"Of course I want to see you. Why shouldn't I? I'm all fair and above board;--ain't I? Your father and mother know all about it. It isn't as though I were doing anything clandestine." He paused for a reply, but Mary walked on in silence. She knew quite well that he was warranted in seeking her, and that nothing but a very positive decision on her part could put an end to his courtship. At the present moment she was inclined to be very positive, but he had hardly as yet given her an opportunity of speaking out. "I think you know, Mary, what it is that I want." They were now at a rough stile which enabled him to come close up to her and help her. She tripped over the stile with a light step and again walked on rapidly. The field they were in enabled him to get up to her side, and now if ever was his opportunity. It was a long straggling meadow which he knew well, with the Dill running by it all the way,--or rather two meadows with an open space where there had once been a gate. He had ridden through the gap a score of times, and knew that at the further side of the second meadow they would come upon the high road. The fields were certainly much better for his purpose than the road. "Don't you think, Mary, you could say a kind word to me?"
"I never said anything unkind."
"You can't think ill of me for loving you better than all the world."
"I don't think ill of you at all. I think very well of you."
"So I do. How can I help thinking well of you, when I've never heard anything but good of you?"
"Then why shouldn't you say at once that you'll have me, and make me the happiest man in all the county?"
"I told you before, Mr. Twentyman, and that ought to have been enough. A young woman doesn't fall in love with every man that she thinks well of. I should like you as well as all the rest of the family if you would only marry some other girl,"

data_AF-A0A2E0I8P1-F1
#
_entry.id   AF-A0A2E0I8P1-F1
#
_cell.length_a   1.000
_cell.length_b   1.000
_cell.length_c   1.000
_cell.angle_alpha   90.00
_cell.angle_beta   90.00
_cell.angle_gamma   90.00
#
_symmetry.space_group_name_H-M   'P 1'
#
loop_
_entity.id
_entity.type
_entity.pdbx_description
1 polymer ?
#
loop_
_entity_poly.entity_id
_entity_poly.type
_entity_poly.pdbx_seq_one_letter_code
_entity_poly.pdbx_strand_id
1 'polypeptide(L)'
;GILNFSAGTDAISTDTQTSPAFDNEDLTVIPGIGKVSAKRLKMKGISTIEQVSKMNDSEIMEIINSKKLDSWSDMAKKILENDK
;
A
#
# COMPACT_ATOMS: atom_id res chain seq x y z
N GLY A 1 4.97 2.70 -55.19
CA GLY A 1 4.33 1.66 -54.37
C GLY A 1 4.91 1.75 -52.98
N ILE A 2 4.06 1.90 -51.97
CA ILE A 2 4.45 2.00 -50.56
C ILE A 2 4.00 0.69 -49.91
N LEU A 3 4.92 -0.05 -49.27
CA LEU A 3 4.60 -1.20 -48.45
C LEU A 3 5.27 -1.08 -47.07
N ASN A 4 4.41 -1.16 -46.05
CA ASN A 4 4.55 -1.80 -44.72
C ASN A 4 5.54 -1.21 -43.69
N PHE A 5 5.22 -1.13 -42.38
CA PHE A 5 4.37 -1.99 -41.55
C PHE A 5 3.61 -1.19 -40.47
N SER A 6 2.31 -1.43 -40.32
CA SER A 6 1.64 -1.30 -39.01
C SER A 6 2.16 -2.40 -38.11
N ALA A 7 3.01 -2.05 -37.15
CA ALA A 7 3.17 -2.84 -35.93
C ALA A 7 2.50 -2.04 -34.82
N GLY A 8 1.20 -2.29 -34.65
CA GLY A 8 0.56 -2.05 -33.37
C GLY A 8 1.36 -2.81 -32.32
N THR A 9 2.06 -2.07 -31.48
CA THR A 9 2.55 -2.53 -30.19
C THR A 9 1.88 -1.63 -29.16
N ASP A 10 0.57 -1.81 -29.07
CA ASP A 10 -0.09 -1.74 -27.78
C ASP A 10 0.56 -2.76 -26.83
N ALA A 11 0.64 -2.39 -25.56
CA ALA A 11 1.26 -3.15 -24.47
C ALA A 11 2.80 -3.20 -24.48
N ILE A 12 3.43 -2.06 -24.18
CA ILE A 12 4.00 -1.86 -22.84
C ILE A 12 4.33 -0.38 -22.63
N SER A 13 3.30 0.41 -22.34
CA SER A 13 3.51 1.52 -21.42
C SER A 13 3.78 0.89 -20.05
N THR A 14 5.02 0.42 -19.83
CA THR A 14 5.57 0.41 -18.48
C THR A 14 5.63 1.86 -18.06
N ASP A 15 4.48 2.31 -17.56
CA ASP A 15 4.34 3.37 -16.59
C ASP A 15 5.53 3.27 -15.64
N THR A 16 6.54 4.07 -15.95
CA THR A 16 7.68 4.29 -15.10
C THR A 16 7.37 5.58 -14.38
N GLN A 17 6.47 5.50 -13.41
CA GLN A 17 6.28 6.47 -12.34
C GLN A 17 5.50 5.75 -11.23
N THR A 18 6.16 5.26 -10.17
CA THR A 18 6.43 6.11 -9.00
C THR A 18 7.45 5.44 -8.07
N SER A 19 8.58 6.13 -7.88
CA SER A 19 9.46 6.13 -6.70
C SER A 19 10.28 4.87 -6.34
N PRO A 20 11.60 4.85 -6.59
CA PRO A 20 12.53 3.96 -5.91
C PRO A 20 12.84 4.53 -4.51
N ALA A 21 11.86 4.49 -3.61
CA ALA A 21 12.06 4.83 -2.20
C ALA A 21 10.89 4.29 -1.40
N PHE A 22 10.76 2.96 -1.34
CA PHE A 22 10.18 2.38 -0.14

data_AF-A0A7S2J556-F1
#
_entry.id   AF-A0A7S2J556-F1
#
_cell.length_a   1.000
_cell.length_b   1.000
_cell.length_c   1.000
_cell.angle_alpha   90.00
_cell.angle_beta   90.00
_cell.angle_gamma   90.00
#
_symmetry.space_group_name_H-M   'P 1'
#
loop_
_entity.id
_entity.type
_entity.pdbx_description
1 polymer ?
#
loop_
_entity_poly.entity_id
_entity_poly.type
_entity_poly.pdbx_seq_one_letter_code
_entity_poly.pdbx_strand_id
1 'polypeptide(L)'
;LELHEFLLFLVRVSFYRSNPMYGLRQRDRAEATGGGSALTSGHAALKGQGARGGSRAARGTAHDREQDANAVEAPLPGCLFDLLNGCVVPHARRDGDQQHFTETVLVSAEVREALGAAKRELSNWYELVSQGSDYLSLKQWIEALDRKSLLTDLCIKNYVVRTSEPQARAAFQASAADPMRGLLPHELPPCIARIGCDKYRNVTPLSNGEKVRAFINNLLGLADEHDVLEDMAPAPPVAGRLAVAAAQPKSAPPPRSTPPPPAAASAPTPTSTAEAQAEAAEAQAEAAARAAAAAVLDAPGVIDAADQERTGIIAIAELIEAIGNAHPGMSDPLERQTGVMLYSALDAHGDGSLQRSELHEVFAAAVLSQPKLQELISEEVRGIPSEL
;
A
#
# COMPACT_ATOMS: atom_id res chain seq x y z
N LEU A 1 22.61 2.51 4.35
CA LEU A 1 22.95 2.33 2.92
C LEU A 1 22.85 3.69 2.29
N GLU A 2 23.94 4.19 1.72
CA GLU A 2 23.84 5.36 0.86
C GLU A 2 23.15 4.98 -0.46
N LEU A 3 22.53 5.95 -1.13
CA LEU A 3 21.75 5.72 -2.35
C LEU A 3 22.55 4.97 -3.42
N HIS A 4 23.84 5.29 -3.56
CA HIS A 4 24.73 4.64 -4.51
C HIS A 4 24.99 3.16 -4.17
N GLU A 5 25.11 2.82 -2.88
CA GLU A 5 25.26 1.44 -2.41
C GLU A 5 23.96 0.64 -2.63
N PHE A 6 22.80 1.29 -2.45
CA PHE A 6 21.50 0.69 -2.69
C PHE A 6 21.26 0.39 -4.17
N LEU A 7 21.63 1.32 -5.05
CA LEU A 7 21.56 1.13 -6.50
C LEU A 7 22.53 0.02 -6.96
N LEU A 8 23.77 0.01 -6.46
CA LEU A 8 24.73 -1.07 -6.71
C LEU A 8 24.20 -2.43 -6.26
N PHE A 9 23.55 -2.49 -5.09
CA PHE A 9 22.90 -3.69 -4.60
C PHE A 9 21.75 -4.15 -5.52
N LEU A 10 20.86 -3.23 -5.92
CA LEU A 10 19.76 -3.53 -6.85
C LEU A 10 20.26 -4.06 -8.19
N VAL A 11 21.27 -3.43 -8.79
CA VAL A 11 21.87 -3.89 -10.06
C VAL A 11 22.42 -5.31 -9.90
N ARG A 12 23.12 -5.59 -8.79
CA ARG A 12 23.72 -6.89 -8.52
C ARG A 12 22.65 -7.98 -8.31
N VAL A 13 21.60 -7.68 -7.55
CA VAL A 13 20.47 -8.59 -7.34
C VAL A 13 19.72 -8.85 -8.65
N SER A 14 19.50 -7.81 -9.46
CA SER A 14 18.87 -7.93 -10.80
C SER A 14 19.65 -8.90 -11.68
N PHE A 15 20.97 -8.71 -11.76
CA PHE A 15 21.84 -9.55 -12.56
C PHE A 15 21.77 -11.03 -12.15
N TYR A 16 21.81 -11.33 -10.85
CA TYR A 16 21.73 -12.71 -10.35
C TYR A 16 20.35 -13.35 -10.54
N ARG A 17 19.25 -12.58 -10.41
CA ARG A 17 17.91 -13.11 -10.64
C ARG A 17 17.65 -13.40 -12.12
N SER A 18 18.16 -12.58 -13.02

"I shall never do that."
"Yes you will;--some day."
"Never. I've set my heart upon it, and I mean to stick to it. I'm not the fellow to turn about from one girl to another. What I want is the girl I love. I've money enough and all that kind of thing of my own."
"I'm sure you're disinterested, Mr. Twentyman."
"Yes, I am. Ever since you've been home from Bragton it has been the same thing, and when I felt that it was so, I spoke up to your father honestly. I haven't been beating about the bush, and I haven't done anything that wasn't honourable." They were very near the last stile now. "Come, Mary, if you won't make me a promise, say that you'll think of it"
"I have thought of it, Mr. Twentyman, and I can't make you any other answer. I dare say I'm very foolish."
"I wish you were more foolish. Perhaps then you wouldn't be so hard to please."
"Whether I'm wise or foolish, indeed, indeed, it's no good your going on. Now we're on the road. Pray go back home, Mr. Twentyman."
"It'll be getting dark in a little time."
"Not before we're in Dillsborough. If it were ever so dark we could find our way home by ourselves. Come along, Dolly."
Over the last stile he had stayed a moment to help the younger girl, and as he did so Kate whispered a word in his ear. "She's angry because she couldn't go up to the house with that stuck-up fellow." It was a foolish word; but then Kate Masters had not had much experience in the world. Whether overcome by Mary's resolute mode of speaking, or aware that the high road would not suit his purpose, he did turn back as soon as he had seen them a little way on their return towards the town. He had not gone half a mile before he met Morton, and had been half-minded to make some apology to him. But Morton had denied him the opportunity, and he had walked on to his own house,--low in spirits indeed, but still with none of that sorest of agony which comes to a lover from the feeling that his love loves some one else. Mary had been very decided with him,--more so he feared than before; but still he saw